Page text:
|System(s)||Arcade, Atari 2600|
|YouTube Gaming||Boxing Channel|
- For other boxing games, see Category:Boxing.
- For the Intellivision game, see Boxing (Intellivision).
Boxing is an unreleased arcade game from Atari, created by Mike Albaugh in 1977. The 1980 Activision title of the same name for the Atari 2600 is essentially the same game, except it features a few more colors than its black and white, raster graphics predecessor. The later game was designed by programmer Bob Whitehead. The arcade game intended to utilize a unique controller where players could swivel left and right handles to simulate the movement of throwing a punch. However, the machines couldn't stand up to the force players put on grip sticks, and so the game wasn't released.
Boxing shows a top-down view of two boxers, one white and one black. When close enough, a boxer can hit his opponent with a punch (executed by pressing the fire button on the Atari joystick). This causes his opponent to reel back slightly. Long punches score one point, while closer punches (power punches, from the manual) score two. There are no knockdowns or rounds. A match is completed either when one player lands 100 punches (a "knockout") or two minutes have elapsed (a "decision"). In the case of a decision, the player with the most landed punches is the winner. Ties are possible.
While the gameplay is simple, there are subtleties, such as getting an opponent on the "ropes" and "juggling" him back and forth between alternate punches.
How to play
Boxing is played in one, two-minute round against the computer or another player. During that time, you score points by hitting your opponent's head. You can achieve a KO at 100 points, or else the player with the highest score at the end of the round is the winner (a tie is also possible). Hitting your opponent's hands does not count for points, and should be used by you as a blocking mechanism.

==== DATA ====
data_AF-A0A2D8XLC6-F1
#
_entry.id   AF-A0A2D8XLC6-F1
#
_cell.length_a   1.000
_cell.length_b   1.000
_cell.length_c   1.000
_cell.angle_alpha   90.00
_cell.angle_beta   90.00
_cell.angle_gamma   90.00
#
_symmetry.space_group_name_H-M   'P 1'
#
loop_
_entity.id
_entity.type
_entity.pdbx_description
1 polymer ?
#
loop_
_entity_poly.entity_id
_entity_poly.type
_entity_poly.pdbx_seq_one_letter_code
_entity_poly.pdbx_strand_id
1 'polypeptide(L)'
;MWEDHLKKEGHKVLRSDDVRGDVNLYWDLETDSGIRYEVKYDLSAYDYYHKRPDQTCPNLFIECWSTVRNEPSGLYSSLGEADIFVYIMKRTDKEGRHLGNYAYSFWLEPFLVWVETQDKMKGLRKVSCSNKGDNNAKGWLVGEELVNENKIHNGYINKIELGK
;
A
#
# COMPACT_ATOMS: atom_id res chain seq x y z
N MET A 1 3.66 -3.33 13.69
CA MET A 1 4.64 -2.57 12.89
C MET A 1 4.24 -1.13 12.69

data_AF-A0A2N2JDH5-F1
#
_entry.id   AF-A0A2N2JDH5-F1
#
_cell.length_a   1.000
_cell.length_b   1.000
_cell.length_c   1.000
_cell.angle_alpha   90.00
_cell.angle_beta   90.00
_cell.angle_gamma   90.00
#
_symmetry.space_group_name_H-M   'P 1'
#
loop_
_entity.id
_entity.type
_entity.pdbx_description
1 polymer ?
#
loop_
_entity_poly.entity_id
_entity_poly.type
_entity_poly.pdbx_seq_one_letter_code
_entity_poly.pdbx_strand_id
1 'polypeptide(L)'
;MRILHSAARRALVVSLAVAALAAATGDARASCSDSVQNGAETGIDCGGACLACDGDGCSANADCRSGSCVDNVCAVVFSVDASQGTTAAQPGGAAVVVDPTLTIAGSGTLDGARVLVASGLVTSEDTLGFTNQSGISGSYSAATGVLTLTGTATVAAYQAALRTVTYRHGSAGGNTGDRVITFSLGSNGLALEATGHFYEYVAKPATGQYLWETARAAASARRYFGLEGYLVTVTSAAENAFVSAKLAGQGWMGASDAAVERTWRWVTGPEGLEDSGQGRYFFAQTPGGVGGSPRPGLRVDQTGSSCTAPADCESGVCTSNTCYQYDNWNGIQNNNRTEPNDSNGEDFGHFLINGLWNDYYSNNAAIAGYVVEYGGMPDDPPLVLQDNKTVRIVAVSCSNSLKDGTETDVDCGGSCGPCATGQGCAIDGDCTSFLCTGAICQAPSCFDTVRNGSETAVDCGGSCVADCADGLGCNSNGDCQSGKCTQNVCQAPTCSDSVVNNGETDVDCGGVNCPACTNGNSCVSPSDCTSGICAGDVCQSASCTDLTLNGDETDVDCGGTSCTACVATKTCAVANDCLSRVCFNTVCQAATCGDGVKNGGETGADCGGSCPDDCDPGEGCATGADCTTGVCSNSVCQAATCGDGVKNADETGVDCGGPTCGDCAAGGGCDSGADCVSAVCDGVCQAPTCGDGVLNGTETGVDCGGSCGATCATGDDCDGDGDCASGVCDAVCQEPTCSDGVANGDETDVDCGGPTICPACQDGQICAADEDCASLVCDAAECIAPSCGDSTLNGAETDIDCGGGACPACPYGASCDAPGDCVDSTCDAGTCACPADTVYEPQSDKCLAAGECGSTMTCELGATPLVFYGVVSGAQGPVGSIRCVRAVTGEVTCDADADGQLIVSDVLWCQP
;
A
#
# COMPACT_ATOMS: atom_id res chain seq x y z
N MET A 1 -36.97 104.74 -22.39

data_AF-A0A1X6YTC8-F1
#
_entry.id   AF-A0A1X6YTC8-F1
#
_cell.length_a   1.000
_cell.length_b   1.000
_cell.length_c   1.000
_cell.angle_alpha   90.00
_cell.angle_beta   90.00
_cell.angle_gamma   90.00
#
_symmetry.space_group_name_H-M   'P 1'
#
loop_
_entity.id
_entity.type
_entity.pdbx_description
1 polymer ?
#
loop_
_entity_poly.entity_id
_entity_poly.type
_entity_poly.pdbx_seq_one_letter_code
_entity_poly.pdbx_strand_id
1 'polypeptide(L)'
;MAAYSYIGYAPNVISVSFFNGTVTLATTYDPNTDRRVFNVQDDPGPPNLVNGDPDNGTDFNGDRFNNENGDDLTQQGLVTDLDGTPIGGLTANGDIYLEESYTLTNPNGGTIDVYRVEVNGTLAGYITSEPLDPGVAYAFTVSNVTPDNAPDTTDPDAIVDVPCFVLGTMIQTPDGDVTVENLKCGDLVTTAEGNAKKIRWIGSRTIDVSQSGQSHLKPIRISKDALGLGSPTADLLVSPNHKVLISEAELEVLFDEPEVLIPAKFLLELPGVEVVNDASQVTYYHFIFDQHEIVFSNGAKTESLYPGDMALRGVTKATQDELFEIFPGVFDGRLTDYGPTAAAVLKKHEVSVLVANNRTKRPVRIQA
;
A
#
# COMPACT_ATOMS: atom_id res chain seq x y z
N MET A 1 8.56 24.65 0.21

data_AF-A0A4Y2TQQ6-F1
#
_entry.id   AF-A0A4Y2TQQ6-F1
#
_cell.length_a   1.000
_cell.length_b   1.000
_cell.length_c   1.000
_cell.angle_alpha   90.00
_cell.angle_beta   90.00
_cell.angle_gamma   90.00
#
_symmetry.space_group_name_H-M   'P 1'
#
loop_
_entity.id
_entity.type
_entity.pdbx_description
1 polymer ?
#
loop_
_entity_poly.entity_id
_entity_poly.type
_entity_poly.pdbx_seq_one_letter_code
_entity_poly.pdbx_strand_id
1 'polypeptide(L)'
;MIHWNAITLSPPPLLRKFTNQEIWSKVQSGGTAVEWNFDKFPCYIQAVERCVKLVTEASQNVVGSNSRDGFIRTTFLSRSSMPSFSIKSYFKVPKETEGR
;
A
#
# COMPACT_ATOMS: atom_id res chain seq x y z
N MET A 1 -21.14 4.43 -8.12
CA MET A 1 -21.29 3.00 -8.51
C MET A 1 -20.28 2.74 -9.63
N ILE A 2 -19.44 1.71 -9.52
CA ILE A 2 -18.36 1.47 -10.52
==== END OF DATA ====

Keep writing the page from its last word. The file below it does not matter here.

When throwing punches you need to take into consideration the distance to your opponent and how your fist is lining up with his head. If you are in too close your punches will be ineffective, and if you are too far away, you'll miss. You'll also need to move up or down to line your punch up with the opponent's head, rather than hitting his gloves, which has no effect.
Start by pressing the attack and pushing the opponent back into his side of the ring. As you are moving him, put more pressure on one side to force him into the opposite corner. Once in the corner, your opponent will have nowhere to go, and as he moves up or down to escape the corner, you can time your punches to push him back in. This strategy can also be used up against the ropes in general, though you'll have to decide which direction to punch in, as your opponent can go up or down if not hampered by the actual corner of the ring.
Watch for your opponent's patterns (in single player mode), and use them to predict his movements. By understanding the opponent's next decision, whether it be to move or punch, you can select your action appropriately.
Make use of blocking by moving up or down to send your opponent's punches into your gloves. Not only will this prevent him from scoring, but it will give you time to throw a counter punch as well.
If you can get into a good rhythm of left and right punches, it's possible to go from one to the other for a long period of time without your opponent being able to escape or counter.